They were first mate acquainted with the agreement we had just entered into. This they eagerly endorsed. Then Ford gave a choice bit of information that he had brought from up the river, and Sheppard, after learning that I had been beforehand with him in regard to all necessary information concerning the Winston affair, told us of the changes that had taken place in the James' programme incidental to my escape.

"I never saw a man so infernally mad as Jess James was after you had got away, colonel," said Sheppard. "He acted like a demon. But to this hour it is a mystery to him how you managed to burst your bonds, though I have my private opinion on the subject. Thanks for the upset you gave me as you regained the saddle. That, and the tearin' mad way in which I helped to bang away after you as you broke for the woods, about finished up making me hunk once more in Jess' good graces. For the rest, you didn't even mark Jess in shootin' the pistol out of his hand, but you shot Cutts through the body, from which he's likely to turn up his toes, and Cole Younger will have a sore arm for a month to come."

"Doubtless the band won't meet now at the Widow James' for the division of the Winston swag, as they had intended," said I.

"Not by a long shot!" was the reply. "Your escape has given that scheme away. By the way, Lawson, you've got it wrong about the James boys' mother. She's the Widow Samuels now, having married a second time, years ago, not long after the death of these boys' father, who was a Baptist preacher, odd enough."

"It's no difference. She's called as often by one name as the other," said Timberlake. "But the Jameses are cute. I doubt if they'll ever make any divvy of the Winston swag. What's their next move? That's what we're after."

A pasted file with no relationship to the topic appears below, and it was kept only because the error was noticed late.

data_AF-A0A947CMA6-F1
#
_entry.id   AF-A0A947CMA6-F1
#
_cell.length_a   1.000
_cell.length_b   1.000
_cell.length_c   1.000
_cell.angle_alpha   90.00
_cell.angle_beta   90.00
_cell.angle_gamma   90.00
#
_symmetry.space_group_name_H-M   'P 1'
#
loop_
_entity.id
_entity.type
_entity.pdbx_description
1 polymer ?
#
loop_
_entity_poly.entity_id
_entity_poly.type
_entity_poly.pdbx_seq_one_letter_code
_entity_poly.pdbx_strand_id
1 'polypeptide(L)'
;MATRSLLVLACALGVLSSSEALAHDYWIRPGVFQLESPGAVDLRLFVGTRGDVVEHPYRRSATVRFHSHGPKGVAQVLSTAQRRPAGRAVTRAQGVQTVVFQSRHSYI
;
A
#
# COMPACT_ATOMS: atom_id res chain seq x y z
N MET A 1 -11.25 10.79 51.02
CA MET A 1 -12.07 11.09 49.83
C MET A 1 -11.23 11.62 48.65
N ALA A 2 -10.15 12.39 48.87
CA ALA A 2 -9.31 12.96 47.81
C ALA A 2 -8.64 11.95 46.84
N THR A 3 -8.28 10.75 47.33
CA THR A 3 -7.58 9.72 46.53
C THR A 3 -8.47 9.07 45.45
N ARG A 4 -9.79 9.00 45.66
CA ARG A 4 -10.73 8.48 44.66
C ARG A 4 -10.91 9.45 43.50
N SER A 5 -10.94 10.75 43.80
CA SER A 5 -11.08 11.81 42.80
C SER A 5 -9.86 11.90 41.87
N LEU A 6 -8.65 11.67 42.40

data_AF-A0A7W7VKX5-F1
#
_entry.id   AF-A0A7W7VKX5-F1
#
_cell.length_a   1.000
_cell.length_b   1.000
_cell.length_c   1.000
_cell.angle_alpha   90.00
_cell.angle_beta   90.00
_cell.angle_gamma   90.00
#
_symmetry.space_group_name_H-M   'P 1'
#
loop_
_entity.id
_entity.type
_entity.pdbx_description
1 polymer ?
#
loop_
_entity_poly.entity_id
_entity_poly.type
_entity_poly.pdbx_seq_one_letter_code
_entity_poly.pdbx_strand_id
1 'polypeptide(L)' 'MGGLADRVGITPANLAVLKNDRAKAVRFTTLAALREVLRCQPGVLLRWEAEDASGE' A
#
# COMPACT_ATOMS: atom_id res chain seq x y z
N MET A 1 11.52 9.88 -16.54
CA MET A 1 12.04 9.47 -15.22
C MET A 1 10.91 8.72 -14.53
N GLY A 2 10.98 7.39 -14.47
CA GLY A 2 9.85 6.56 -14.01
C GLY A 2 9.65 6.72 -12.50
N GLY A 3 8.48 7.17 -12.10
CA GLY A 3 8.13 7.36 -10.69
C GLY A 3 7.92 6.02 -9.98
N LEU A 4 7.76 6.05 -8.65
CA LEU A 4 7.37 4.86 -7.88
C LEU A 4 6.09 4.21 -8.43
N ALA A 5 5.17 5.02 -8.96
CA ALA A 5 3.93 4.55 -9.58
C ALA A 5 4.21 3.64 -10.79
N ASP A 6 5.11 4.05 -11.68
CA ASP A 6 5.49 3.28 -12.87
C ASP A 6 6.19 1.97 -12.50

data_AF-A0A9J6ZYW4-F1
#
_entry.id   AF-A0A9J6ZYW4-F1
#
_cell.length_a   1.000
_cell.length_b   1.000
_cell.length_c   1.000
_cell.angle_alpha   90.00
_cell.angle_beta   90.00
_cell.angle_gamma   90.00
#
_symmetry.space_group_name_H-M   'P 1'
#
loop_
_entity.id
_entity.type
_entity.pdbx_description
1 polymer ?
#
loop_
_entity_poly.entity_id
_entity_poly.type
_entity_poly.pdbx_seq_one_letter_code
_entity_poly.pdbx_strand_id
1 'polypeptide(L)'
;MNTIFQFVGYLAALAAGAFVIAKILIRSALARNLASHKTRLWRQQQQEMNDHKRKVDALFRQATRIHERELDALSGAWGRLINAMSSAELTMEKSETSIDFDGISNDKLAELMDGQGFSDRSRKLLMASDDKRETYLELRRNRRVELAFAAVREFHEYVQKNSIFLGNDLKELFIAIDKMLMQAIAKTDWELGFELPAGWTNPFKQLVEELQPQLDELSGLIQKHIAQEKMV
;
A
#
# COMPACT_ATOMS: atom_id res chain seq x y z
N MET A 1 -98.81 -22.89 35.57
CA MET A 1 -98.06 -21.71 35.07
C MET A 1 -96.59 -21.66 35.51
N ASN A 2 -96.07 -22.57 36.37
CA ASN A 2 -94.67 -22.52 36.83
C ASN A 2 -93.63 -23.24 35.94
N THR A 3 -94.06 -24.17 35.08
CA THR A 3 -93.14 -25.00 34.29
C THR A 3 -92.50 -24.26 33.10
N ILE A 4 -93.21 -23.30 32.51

"The gang, or part of 'em, start for Jasper County, this State, the day after to-morrow," said Sheppard. "I'm to be one of 'em to look out in advance for detectives, and give warnin' of the same."

And he burst into a laugh.

"What's the racket?"

"A descent on the bank either at Empire City or Sin that county," was the reply. "As I'll be sent forward in advance, and they'll be sure to reconnoitre at Empire City first, you'd better all be lyin' in wait at S- . The towns are only a few miles apart. I can slip you a telegraphic dispatch as to what place to be on the lookout for 'em."

"Good!" cried Timberlake. "We'll be on hand, all of us, shall we not, boys?"

The rest of us unanimously fell in with the scheme, and the conference broke up.

After a few words in private with George Sheppard, I was the last to leave the cabin. Before doing so I said to old Cynthy: - .

"Are you still so sure, Cynthy, of my never recovering poor Blanche's little boy, Tip?"

"Oh, Lor', yes, cunel; dead sure ob cat!" replied the old creature, rolling up the yellows of her eyes. "sat


debble, Jess James, hate put de pore little chit out ob de way long afore dis. De ole jedge, fur all his money, '11 nebber lay eyes on his little gran'chile."

"You'll think otherwise before long, Cynthy, depend upon it. But in case I should be able to produce the child -- bring him here to your cabin -- would you be able to identify him as the judge's grandson? I mean to say, would you know him again?"

"Know him -- know Missus Blanche's boy? Go long, cunnel! Ob course I would. Why. I brung him up.

He war nigh onto two year when he war stole, an he ain't half past five now. Know him ag'in -- pore Blanche's chile -- de little Tip Younger? Lor' bless my soul! What you done took me fur, cunnel?"

"Well, that's all I wanted to know," said I, wishing her good-night; "and I'm glad I've made sure of it."